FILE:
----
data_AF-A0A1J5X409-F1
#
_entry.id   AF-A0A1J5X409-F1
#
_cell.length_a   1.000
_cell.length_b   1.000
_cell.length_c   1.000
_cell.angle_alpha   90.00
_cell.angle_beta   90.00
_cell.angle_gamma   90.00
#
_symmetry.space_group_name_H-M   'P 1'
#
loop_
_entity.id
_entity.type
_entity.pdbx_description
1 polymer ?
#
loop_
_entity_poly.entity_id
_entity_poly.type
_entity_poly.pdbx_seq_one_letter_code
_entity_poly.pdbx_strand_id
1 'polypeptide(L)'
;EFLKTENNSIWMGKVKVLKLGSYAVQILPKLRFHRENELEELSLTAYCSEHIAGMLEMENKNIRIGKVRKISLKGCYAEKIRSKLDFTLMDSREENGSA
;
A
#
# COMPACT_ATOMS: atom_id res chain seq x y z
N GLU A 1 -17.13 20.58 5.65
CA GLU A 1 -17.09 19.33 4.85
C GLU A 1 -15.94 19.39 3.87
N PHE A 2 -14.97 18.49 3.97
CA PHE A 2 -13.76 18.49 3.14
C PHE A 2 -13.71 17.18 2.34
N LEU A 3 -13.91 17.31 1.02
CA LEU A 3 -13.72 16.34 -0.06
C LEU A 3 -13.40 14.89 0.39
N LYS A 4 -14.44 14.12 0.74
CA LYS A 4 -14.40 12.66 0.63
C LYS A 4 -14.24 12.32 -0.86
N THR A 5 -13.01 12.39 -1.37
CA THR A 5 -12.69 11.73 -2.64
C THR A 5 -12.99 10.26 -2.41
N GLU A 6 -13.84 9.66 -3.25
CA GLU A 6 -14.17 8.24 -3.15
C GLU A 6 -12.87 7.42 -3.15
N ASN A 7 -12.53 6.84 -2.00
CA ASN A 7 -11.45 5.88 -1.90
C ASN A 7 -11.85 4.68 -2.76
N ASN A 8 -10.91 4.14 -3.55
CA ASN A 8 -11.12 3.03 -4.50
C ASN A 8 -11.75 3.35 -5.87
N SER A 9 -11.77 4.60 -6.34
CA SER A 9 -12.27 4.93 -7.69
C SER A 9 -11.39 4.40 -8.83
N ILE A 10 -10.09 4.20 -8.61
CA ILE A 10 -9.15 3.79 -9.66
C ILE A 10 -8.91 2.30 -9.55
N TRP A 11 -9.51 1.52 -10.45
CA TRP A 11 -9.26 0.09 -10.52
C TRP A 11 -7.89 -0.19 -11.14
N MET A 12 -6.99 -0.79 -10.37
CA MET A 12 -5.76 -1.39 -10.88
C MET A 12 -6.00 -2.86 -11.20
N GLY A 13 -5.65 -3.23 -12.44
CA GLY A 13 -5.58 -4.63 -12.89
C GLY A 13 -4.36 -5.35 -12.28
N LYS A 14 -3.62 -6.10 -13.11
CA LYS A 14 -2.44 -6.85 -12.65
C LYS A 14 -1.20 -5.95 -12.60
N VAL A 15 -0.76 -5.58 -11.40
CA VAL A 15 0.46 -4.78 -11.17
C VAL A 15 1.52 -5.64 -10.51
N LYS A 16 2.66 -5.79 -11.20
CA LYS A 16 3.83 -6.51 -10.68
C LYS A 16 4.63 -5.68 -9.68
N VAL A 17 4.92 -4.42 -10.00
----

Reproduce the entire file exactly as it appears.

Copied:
data_AF-A0A1J5X409-F1
#
_entry.id   AF-A0A1J5X409-F1
#
_cell.length_a   1.000
_cell.length_b   1.000
_cell.length_c   1.000
_cell.angle_alpha   90.00
_cell.angle_beta   90.00
_cell.angle_gamma   90.00
#
_symmetry.space_group_name_H-M   'P 1'
#
loop_
_entity.id
_entity.type
_entity.pdbx_description
1 polymer ?
#
loop_
_entity_poly.entity_id
_entity_poly.type
_entity_poly.pdbx_seq_one_letter_code
_entity_poly.pdbx_strand_id
1 'polypeptide(L)'
;EFLKTENNSIWMGKVKVLKLGSYAVQILPKLRFHRENELEELSLTAYCSEHIAGMLEMENKNIRIGKVRKISLKGCYAEKIRSKLDFTLMDSREENGSA
;
A
#
# COMPACT_ATOMS: atom_id res chain seq x y z
N GLU A 1 -17.13 20.58 5.65
CA GLU A 1 -17.09 19.33 4.85
C GLU A 1 -15.94 19.39 3.87
N PHE A 2 -14.97 18.49 3.97
CA PHE A 2 -13.76 18.49 3.14
C PHE A 2 -13.71 17.18 2.34
N LEU A 3 -13.91 17.31 1.02
CA LEU A 3 -13.72 16.34 -0.06
C LEU A 3 -13.40 14.89 0.39
N LYS A 4 -14.44 14.12 0.74
CA LYS A 4 -14.40 12.66 0.63
C LYS A 4 -14.24 12.32 -0.86
N THR A 5 -13.01 12.39 -1.37
CA THR A 5 -12.69 11.73 -2.64
C THR A 5 -12.99 10.26 -2.41
N GLU A 6 -13.84 9.66 -3.25
CA GLU A 6 -14.17 8.24 -3.15
C GLU A 6 -12.87 7.42 -3.15
N ASN A 7 -12.53 6.84 -2.00
CA ASN A 7 -11.45 5.88 -1.90
C ASN A 7 -11.85 4.68 -2.76
N ASN A 8 -10.91 4.14 -3.55
CA ASN A 8 -11.12 3.03 -4.50
C ASN A 8 -11.75 3.35 -5.87
N SER A 9 -11.77 4.60 -6.34
CA SER A 9 -12.27 4.93 -7.69
C SER A 9 -11.39 4.40 -8.83
N ILE A 10 -10.09 4.20 -8.61
CA ILE A 10 -9.15 3.79 -9.66
C ILE A 10 -8.91 2.30 -9.55
N TRP A 11 -9.51 1.52 -10.45
CA TRP A 11 -9.26 0.09 -10.52
C TRP A 11 -7.89 -0.19 -11.14
N MET A 12 -6.99 -0.79 -10.37
CA MET A 12 -5.76 -1.39 -10.88
C MET A 12 -6.00 -2.86 -11.20
N GLY A 13 -5.65 -3.23 -12.44
CA GLY A 13 -5.58 -4.63 -12.89
C GLY A 13 -4.36 -5.35 -12.28
N LYS A 14 -3.62 -6.10 -13.11
CA LYS A 14 -2.44 -6.85 -12.65
C LYS A 14 -1.20 -5.95 -12.60
N VAL A 15 -0.76 -5.58 -11.40
CA VAL A 15 0.46 -4.78 -11.17
C VAL A 15 1.52 -5.64 -10.51
N LYS A 16 2.66 -5.79 -11.20
CA LYS A 16 3.83 -6.51 -10.68
C LYS A 16 4.63 -5.68 -9.68
N VAL A 17 4.92 -4.42 -10.00